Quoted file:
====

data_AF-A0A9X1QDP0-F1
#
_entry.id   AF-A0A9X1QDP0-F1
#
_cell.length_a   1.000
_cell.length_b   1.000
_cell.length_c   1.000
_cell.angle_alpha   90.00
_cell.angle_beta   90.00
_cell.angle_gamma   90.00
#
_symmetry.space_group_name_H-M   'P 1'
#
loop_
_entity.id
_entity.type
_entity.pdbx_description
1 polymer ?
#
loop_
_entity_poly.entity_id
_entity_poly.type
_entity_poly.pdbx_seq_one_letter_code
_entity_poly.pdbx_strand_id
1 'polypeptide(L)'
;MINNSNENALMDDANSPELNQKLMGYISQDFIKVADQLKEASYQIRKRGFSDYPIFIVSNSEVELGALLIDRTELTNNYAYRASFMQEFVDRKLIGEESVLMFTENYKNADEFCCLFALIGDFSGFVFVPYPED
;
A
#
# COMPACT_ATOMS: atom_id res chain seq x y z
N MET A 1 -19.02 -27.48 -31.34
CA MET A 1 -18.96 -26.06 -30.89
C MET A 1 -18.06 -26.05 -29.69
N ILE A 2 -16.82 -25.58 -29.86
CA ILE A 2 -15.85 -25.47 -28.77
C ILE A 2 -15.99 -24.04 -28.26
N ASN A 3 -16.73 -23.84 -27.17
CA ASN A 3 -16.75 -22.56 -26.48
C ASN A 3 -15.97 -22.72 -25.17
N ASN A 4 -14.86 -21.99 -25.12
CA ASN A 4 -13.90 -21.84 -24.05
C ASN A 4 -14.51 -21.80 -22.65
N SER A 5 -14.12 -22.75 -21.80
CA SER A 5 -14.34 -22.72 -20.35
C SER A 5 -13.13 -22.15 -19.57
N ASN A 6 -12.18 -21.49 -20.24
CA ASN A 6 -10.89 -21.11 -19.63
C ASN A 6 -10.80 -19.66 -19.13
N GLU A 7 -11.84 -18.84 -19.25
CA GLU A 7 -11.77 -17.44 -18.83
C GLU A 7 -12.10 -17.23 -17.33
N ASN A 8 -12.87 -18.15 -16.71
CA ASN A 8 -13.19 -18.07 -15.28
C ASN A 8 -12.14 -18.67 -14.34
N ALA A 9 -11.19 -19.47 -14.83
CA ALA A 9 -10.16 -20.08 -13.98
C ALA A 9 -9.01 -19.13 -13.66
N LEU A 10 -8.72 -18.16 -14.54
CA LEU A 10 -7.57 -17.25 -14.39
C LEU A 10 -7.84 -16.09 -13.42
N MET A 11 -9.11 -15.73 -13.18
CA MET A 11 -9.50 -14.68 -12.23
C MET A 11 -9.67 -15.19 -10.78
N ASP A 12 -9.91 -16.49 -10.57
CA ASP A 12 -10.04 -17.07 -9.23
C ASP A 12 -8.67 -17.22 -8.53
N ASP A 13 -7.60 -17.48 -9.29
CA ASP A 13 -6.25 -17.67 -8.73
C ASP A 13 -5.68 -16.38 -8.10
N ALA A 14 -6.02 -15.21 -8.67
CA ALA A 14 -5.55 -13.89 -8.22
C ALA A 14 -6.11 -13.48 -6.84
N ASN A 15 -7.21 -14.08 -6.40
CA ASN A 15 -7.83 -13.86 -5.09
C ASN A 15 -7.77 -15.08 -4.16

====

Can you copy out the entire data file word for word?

data_AF-A0A9X1QDP0-F1
#
_entry.id   AF-A0A9X1QDP0-F1
#
_cell.length_a   1.000
_cell.length_b   1.000
_cell.length_c   1.000
_cell.angle_alpha   90.00
_cell.angle_beta   90.00
_cell.angle_gamma   90.00
#
_symmetry.space_group_name_H-M   'P 1'
#
loop_
_entity.id
_entity.type
_entity.pdbx_description
1 polymer ?
#
loop_
_entity_poly.entity_id
_entity_poly.type
_entity_poly.pdbx_seq_one_letter_code
_entity_poly.pdbx_strand_id
1 'polypeptide(L)'
;MINNSNENALMDDANSPELNQKLMGYISQDFIKVADQLKEASYQIRKRGFSDYPIFIVSNSEVELGALLIDRTELTNNYAYRASFMQEFVDRKLIGEESVLMFTENYKNADEFCCLFALIGDFSGFVFVPYPED
;
A
#
# COMPACT_ATOMS: atom_id res chain seq x y z
N MET A 1 -19.02 -27.48 -31.34
CA MET A 1 -18.96 -26.06 -30.89
C MET A 1 -18.06 -26.05 -29.69
N ILE A 2 -16.82 -25.58 -29.86
CA ILE A 2 -15.85 -25.47 -28.77
C ILE A 2 -15.99 -24.04 -28.26
N ASN A 3 -16.73 -23.84 -27.17
CA ASN A 3 -16.75 -22.56 -26.48
C ASN A 3 -15.97 -22.72 -25.17
N ASN A 4 -14.86 -21.99 -25.12
CA ASN A 4 -13.90 -21.84 -24.05
C ASN A 4 -14.51 -21.80 -22.65
N SER A 5 -14.12 -22.75 -21.80
CA SER A 5 -14.34 -22.72 -20.35
C SER A 5 -13.13 -22.15 -19.57
N ASN A 6 -12.18 -21.49 -20.24
CA ASN A 6 -10.89 -21.11 -19.63
C ASN A 6 -10.80 -19.66 -19.13
N GLU A 7 -11.84 -18.84 -19.25
CA GLU A 7 -11.77 -17.44 -18.83
C GLU A 7 -12.10 -17.23 -17.33
N ASN A 8 -12.87 -18.15 -16.71
CA ASN A 8 -13.19 -18.07 -15.28
C ASN A 8 -12.14 -18.67 -14.34
N ALA A 9 -11.19 -19.47 -14.83
CA ALA A 9 -10.16 -20.08 -13.98
C ALA A 9 -9.01 -19.13 -13.66
N LEU A 10 -8.72 -18.16 -14.54
CA LEU A 10 -7.57 -17.25 -14.39
C LEU A 10 -7.84 -16.09 -13.42
N MET A 11 -9.11 -15.73 -13.18
CA MET A 11 -9.50 -14.68 -12.23
C MET A 11 -9.67 -15.19 -10.78
N ASP A 12 -9.91 -16.49 -10.57
CA ASP A 12 -10.04 -17.07 -9.23
C ASP A 12 -8.67 -17.22 -8.53
N ASP A 13 -7.60 -17.48 -9.29
CA ASP A 13 -6.25 -17.67 -8.73
C ASP A 13 -5.68 -16.38 -8.10
N ALA A 14 -6.02 -15.21 -8.67
CA ALA A 14 -5.55 -13.89 -8.22
C ALA A 14 -6.11 -13.48 -6.84
N ASN A 15 -7.21 -14.08 -6.40
CA ASN A 15 -7.83 -13.86 -5.09
C ASN A 15 -7.77 -15.08 -4.16